Torx keys feature a six-pointed star-like design instead of having six flat sides of a hex key. Unlike hex keys, which typically have a hexagonal cross-section throughout their length, Torx keys often have a circular cross-section, with the Torx form appearing only at the tool’s ends.
The question is, can you use Torx instead of using hex? Continue reading this article if you want to know more.
Can You Use Torx Instead of Hex?
It is not recommended to replace a hex key or Allen wrench with your Torx screw. On the other hand, Rogue DIYers appear to believe it’s a great idea. Check out the table chart conversion of Torx to hex.
This article includes the hex sizes that match the standard and most popular Torx sizes, ranging from T7 to T40. The Torx are also converted to Allen key sizes in imperial measurements. With that in mind, the T9 Torx size will not work with any of the SAE hex sizes. It is, however, a perfect fit for the metric dimension of 2.5 mm. (Read Can I Use Impact Sockets With A Ratchet)
Why Torx Wrenches Aren’t a Good Allen Wrench Substitute
The quick answer is that a hex screw head will destroy your Torx wrenches. A Torx is prone to bending and snapping if they don’t fit firmly inside the screw head. Because each branch in the star only has a single contact point inside a hex screw, the Torx points will bend oppositely.
Furthermore, it’s no secret that using the wrong bit increases the risk of the screw getting stripped. So it is advisable to use the appropriate type and size of the bit when attaching a screw into place. You’ll notice that by doing so, your tools will last longer. Furthermore, your gear will be less likely to fail.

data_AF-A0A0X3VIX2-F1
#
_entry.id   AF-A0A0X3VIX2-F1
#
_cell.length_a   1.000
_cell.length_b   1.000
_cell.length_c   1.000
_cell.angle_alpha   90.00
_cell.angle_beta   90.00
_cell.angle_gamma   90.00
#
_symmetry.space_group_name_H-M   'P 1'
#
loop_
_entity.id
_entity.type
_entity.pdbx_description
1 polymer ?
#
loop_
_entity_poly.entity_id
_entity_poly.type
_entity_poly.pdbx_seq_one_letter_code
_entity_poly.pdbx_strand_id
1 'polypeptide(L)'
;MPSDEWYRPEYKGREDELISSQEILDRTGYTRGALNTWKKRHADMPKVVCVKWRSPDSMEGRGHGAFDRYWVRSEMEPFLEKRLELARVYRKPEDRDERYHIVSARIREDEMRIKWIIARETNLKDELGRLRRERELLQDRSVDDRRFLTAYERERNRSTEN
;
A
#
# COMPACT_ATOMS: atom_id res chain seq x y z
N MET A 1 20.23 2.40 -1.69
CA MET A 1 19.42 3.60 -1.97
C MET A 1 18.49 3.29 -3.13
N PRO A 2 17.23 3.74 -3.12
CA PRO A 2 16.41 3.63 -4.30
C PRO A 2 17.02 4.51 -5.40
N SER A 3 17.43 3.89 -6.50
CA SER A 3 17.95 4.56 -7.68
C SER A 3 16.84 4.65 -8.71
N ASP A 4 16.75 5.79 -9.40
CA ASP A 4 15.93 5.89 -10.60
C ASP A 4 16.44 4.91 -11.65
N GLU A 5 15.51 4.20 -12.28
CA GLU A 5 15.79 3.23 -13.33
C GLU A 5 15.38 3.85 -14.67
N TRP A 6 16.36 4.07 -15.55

But if you still want to take the risk and use Torx instead of hex, check out the conversion below:
Each Torx to Hex Conversion
- T7 = 5/64″
- T8 = 3/32″
- T9 = 2.5 mm
- T10 = 7/64″
- T15 = 1/8″
- T20 = 5/32″
- T25 = 3/16″
- T27 = 5 mm
- T30 = 7/32″
T7 is the smallest Torx socket size, and it fits a 2mm hex. T7 is just shy of 5/64′′ in the imperial measurement system. T8 is the only Torx size that does not have a metric equivalent. This is frequent with smaller Torx sizes, as they are more exact than hex keys of the same size. In the case of T8, it will function in place of 7/32′′ hex size.
T9, likewise, has no analog on the other side. In metric, though, 2.5 mm is an exact match. T10 reduces perfection to a hex size of 7/64′′. It does, however, join the ranks of Torx wrenches that lack a hex size.
When you get to T15, it has the same size as 1/8′′ hex. T20, on the other hand, is about equivalent to 5/32′′. T25 is the first Torx size that has both SAE and metric equivalents. T25 can be inserted into 3/16′′ or 4.5 mm holes. T27 is a Torx size that fits snugly inside a hex size of 5 mm. T27, unlike its predecessors, does not have an SAE equivalent.
The hex counterparts become less fit as the Torx sizes increase. Torx wrenches frequently lie between hex sizes because their size increases in significant increments. T30, for example, is a good fit for 7/32′′ and even 1/4′′.